Fact sheet: U.S. funds support returning Afghan refugees and conflict victims

News and Press Release
Originally published
The State Department's Bureau of Population, Refugees and Migration (PRM) is funding the work of nine non-government organizations (NGOs) in Afghanistan to provide support for returning Afghan refugees, internally displaced persons, and other conflict victims in Afghanistan, according to a fact sheet released January 10.

With contributions topping $13 million, the State Department's PRM Bureau is working with the NGOs to support clinics, purchase building materials for shelter, provide social services to returning refugees and other vulnerable Afghans, and to support income-generating activities.

The NGOs involved in these projects include the Aga Khan Foundation, the International Rescue Committee, Mercy Corps International, and the Community Housing Foundation, as well as other organizations.

The following fact sheet was issued by the State Department's Bureau of Populations, Refugees and Migration:

(begin fact sheet)

U.S.-Funded Projects For Returning Refugees, Internally-Displaced Persons and other Conflict Victims in Afghanistan

This is a detailed list of U.S.-funded projects, which are administered by the State Department's Bureau of Population, Refugees and Migration and implemented by non-governmental organizations (NGOs).

Church World Service (CWS) - Kabul Assistance to Returning Refugees and their Communities ($679,061)

Church World Service, working through local NGOs, helps 1,874 women in Kabul who are heads of households with income generating activities; at least half of CWS's beneficiaries are returning refugees or IDPs. Under the program, the women are given cash for quilts they sew, and are provided with literacy classes and awareness-raising workshops. CWS distributes the quilts to hospitals and health centers and for use in disaster-relief. This project provides much-needed livelihood and cash-for-work opportunities to one of the most vulnerable groups in Kabul - in a city with an extremely high rate of refugee returns.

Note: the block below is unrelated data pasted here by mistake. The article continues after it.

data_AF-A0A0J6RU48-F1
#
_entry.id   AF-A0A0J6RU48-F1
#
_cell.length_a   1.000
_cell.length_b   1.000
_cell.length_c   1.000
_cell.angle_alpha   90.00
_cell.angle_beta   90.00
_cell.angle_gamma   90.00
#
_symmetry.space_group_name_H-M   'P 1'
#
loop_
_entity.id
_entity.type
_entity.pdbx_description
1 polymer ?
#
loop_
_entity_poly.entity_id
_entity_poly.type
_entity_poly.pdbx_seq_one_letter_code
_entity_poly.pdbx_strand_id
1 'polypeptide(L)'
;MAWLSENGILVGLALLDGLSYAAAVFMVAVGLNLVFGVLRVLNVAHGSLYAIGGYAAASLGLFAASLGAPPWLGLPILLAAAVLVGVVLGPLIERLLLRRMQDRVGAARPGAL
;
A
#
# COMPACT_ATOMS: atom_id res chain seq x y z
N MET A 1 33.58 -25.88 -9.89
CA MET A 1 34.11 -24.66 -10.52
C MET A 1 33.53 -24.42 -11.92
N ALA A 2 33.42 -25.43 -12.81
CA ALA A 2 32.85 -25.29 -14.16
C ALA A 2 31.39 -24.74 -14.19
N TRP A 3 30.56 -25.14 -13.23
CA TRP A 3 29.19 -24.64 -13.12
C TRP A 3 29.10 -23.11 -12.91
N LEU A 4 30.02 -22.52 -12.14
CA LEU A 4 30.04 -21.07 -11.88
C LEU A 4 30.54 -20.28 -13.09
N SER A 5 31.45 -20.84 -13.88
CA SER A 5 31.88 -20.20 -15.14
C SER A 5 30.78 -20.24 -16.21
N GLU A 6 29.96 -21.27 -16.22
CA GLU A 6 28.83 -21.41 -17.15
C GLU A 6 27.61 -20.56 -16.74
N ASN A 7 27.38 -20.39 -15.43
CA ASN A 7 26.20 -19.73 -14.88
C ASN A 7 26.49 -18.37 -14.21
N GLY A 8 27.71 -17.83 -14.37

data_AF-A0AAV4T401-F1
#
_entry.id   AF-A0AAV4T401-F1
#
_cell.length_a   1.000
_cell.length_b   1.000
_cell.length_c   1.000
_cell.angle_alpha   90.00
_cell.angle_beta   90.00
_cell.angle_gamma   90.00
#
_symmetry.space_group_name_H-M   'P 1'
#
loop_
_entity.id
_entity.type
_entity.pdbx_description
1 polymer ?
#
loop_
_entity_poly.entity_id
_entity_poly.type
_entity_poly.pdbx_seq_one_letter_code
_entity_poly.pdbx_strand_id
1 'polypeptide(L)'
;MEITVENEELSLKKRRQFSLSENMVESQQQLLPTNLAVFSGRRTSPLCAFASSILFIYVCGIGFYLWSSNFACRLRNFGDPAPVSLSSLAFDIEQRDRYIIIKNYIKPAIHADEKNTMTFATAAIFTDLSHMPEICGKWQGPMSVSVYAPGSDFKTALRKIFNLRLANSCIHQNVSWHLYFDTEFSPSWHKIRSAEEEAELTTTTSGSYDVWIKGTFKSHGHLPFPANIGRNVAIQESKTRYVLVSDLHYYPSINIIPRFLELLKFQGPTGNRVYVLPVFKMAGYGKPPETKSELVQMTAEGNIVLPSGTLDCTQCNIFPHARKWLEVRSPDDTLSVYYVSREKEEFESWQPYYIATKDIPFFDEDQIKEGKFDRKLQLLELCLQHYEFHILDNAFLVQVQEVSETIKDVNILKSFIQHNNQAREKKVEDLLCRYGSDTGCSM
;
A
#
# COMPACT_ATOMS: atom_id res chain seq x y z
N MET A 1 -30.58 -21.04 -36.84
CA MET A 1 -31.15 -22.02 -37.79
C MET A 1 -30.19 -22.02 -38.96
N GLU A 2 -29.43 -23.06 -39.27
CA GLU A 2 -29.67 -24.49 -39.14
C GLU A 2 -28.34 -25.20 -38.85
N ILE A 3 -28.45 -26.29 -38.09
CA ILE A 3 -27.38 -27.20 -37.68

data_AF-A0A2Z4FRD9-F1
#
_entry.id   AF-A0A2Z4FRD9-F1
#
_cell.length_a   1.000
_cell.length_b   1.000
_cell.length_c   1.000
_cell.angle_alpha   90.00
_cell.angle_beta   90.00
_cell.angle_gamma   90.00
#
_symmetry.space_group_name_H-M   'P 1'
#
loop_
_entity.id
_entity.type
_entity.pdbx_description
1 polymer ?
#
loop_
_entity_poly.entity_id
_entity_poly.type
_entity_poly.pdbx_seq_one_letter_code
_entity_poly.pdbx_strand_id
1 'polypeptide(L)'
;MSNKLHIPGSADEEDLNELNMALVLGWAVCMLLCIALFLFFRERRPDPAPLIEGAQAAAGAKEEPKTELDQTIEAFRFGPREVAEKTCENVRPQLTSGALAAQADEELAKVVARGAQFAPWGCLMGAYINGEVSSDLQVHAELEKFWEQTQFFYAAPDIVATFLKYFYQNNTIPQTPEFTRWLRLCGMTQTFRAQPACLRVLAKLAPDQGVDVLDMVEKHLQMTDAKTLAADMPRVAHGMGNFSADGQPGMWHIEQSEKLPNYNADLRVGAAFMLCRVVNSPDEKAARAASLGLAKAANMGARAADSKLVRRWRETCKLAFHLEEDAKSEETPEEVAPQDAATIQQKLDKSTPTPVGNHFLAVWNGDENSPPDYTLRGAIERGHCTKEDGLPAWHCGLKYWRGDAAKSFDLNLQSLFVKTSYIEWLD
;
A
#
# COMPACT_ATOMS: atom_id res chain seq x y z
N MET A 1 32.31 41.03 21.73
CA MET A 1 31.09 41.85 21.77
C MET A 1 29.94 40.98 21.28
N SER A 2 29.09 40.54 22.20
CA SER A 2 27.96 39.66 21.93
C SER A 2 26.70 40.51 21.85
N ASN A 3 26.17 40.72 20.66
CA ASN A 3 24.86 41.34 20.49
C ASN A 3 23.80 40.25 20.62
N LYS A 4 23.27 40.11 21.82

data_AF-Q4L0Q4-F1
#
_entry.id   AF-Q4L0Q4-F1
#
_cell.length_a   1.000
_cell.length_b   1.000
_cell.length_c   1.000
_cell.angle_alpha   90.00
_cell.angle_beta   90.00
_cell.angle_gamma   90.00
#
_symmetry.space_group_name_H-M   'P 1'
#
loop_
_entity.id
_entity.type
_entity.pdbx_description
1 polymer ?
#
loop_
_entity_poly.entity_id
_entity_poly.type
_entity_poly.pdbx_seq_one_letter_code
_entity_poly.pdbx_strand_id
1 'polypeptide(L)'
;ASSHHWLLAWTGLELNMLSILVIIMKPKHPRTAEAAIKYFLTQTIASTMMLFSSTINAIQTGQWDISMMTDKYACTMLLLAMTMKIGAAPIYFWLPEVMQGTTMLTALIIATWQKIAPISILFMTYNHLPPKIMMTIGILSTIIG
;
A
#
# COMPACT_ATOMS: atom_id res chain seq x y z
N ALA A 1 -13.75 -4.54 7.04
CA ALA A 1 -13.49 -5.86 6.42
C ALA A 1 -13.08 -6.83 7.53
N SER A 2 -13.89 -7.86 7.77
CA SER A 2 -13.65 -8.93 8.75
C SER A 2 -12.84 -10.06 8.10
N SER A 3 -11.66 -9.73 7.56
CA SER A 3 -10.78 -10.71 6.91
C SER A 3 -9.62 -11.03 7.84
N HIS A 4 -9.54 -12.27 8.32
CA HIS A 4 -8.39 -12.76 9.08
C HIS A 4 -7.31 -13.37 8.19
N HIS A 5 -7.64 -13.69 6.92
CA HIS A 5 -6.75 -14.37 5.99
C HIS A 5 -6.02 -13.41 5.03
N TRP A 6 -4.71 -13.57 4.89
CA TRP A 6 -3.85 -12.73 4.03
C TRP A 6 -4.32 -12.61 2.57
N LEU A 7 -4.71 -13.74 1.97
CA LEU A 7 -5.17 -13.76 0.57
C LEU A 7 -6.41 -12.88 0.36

Aga Khan Foundation - Bamyan and Baghlan Shelter Provision for Afghan Returnees to Baghlan and Bamyan Provinces ($500,000)

This project provides shelter materials for the construction and rehabilitation of 500 shelters (AKF and the U.N. High Commissioner for Refugees are funding the construction/rehabilitation of nearly 2,000 additional shelters) in six regions of Baghlan and Bamyan provinces, as well as provide construction training to returning refugees. The targeted population includes vulnerable segments of the population, including female-headed households, the disabled, and the elderly. AKF, its implementing partner, FOCUS, and UNHCR conducted assessments of the likely numbers of returning refugee families to the aforementioned regions, as well as assessments of the remaining housing structures to determine construction needs. The project seeks to ensure that returning refugees - especially vulnerable individuals - have permanent shelter prior to the onset of winter and develop skills and capacity-building through on-the-job training.

Catholic Relief Services (CRS) - Herat and Kandahar Rural Rehabilitation to Strengthen Sustainable Return to Western and Southern Afghanistan ($1,199,535)

CRS provides durable shelter solutions and short-term access to cash and seeds in order to meet immediate needs and create opportunities for increasing long-term livelihood opportunities. CRS works closely with local communities to target 7,000 families in rural communities in Herat and Kandahar provinces, with special emphasis on returning families and vulnerable individuals. CRS coordinates with UNHCR and the Afghan government on this project and also works closely with International Catholic Migration Commission in its endeavors.

International Catholic Migration Commission (ICMC) - Herat and Kandahar Identification and Care of Extremely Vulnerable Persons ($861,334)

ICMC trains social workers to identify and assist returnees (60%) and persons who did not leave (40%) who are particularly vulnerable because they are elderly, ill, belong to an ethnic minority group, or lack resources and/or skills. ICMC provides some of these vulnerable persons (and their families) with urgent care and offers other vulnerable persons economic assistance. ICMC also partners with CRS (see above) by identifying extremely vulnerable individuals and referring them to CRS for the provision of additional assistance..